Jennifer Van Wyck



When Numbers Rule the World: An Analysis of the Cultural Qualifications of Numerology


Ashley Weinstein



Shadows on the Air: An Exploration of Collective Experience through Poetry


Patrick Boyle



The Philosophy of Traveling as a Musician in the United States


Eric Dryburgh





Crystal Lawson



"Where Complaining is a Crime, Hope Becomes Despair"


Bruce Spadaccini Jr.



Ensemble: A Short Story Cycle


Renvie Tacayon



The Feminist Deconstruction of American Folklore and Fairytales


Derek R Sloan



The Administration of Deceptive Virtue: The Machiavellian Moment in the Neoconservative Bush Administration


Steven Baker



Walden: Transcendentalism and the American Dream


Ariana Den Bleyker



The Simpsons and Allusion: An Analysis of Association and its Effect on Viewer Experience


Erika Vasquez



Transplanting El Cactus: From Mexican to Latino


Cesar Cazales





Irene Mburu



The Real World: Life in a Fish-Bowl


Cicile Samiz



Values and Marketing


James DeMatteis



An Overview of the Philosophical Implication in the History of Psychology in Society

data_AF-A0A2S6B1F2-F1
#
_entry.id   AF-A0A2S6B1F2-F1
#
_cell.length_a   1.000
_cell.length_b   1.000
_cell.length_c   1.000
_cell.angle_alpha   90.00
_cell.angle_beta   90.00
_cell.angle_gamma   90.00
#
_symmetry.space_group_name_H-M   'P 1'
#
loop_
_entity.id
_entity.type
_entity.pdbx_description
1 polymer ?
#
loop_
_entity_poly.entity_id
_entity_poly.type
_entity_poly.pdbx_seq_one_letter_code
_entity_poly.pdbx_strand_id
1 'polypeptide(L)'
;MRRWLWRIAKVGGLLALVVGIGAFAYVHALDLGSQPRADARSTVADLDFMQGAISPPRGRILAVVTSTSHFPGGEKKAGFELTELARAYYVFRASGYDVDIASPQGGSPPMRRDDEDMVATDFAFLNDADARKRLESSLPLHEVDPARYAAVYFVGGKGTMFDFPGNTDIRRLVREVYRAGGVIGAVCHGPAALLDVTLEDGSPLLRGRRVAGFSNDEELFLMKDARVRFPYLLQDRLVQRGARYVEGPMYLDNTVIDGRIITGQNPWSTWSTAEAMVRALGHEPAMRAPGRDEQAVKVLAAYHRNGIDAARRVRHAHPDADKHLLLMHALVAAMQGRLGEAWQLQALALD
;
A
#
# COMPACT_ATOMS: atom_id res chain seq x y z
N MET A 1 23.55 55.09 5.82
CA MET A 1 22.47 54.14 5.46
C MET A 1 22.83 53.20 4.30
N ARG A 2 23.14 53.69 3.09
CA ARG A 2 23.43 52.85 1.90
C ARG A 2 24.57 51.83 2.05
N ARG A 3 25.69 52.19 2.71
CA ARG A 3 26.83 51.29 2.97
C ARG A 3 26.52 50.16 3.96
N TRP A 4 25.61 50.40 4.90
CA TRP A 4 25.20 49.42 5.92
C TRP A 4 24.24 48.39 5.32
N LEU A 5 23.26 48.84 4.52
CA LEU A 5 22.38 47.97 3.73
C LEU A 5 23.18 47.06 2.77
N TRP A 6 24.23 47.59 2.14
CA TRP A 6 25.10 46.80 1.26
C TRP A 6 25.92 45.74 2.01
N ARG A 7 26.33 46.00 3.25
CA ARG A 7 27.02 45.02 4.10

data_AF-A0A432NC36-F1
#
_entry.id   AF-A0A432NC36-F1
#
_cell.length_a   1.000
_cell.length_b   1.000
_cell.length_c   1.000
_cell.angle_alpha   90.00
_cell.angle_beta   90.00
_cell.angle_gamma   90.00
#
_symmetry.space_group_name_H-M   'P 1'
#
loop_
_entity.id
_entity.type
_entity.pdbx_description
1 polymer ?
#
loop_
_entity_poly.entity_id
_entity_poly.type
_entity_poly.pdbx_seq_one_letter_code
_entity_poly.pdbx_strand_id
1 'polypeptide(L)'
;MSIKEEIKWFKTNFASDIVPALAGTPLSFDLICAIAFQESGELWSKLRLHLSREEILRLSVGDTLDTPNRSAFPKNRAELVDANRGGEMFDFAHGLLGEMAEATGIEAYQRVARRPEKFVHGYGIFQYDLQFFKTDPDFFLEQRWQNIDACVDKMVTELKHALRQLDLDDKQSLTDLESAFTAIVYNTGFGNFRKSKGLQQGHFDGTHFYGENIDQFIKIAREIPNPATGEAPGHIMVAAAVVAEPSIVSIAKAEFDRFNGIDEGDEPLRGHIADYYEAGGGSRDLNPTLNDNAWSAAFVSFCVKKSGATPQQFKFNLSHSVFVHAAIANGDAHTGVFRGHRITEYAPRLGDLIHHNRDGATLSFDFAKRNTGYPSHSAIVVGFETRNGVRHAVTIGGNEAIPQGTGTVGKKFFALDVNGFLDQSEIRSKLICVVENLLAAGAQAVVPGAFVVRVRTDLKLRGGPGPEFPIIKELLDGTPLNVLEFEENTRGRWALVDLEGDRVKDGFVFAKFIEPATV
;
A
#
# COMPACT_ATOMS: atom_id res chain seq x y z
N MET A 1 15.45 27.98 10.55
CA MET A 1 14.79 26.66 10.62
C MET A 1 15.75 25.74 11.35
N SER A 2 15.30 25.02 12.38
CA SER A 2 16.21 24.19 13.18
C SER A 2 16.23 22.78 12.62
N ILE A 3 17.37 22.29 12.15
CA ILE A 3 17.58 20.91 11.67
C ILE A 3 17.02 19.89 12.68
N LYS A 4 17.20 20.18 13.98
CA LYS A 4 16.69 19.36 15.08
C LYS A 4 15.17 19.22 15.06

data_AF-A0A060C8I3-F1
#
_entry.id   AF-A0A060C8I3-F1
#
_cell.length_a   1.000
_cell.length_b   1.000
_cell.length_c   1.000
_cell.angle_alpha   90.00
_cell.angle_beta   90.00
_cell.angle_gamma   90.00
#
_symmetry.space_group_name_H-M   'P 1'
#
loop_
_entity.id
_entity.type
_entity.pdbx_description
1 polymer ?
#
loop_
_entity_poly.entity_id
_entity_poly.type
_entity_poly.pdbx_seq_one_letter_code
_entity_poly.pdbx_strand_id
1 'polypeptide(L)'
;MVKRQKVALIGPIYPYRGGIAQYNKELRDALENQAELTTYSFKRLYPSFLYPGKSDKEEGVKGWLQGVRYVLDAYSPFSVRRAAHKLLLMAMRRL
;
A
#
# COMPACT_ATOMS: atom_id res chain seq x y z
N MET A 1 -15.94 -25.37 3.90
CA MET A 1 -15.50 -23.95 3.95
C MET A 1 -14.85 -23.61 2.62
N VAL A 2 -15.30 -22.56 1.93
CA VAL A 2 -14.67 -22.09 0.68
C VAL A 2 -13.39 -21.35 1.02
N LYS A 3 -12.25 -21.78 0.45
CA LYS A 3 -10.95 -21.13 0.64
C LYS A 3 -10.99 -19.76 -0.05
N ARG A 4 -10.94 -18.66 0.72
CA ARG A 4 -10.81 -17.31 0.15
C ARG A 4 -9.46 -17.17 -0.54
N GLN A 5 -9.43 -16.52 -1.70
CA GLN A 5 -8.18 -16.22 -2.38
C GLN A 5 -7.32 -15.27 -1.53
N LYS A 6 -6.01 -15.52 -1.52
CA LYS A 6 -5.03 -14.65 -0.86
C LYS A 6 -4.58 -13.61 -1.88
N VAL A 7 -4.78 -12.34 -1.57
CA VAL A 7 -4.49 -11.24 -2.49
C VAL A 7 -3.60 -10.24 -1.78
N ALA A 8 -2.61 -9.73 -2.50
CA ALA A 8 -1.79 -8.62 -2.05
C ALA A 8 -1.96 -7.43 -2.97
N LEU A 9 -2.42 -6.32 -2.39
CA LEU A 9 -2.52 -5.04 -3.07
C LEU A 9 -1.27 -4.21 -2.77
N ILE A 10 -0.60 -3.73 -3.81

Jeff Duong



Sweetest Tongue Has Sharpest Tooth: The Evolution of "Little Red Riding Hood"


Trudi Van Dyke



Hesitate- The Existentialist crossroads of Generation X through the lyrics of The Smashing Pumpkins


Paul Bonney



What it Means to Be Human


Jennifer Carberry



The Vampire Legend


Amy Lorfink



"The subjection of the Negro"


Maurice Streeter



Trickster: From Hermes to Carnival Fool, and Harlequin


Sarah Mirza



"Il Trovatore" de Giuseppe Verdi Y "El Trovador" de Antonio Garcia Gutierrez Comparacion Y Contraste


Misslady Cifuentes



The Media and Society: Who is in Control?


Craig Germain



Does the British Monarchy have a Future?


Michael Marino



In Search for the Feminist Roles of the Female in the works of Willa Carther, Zora Neale Hurston and Edith Wharton


Dawn Olson



Salvation of Sanctification Need I one, the Other or Both?


Rae-Shan N. Barclift



I Love you?


Alexa Pereira



Sigmund Freud, James Joyce, Franz Kafka


Svetlana Bochstein



War, Women and Change


Barbara Martin



The Polarization of Apollo and Dionysus


Jason Carucci



The Last Laugh


Amy Stucki



Women and Change in Colonial Mexico: Race and Class in the Sixteenth Century


Sonia Mazzeo



Marriage: An Analysis of the Elements Needed for it to be Healthy


Stacy Tankel



The Idea of Justice as Presented in the Oresteia Plays of Aeschylus, Sophocles and Euripides


Stephanie Schmidt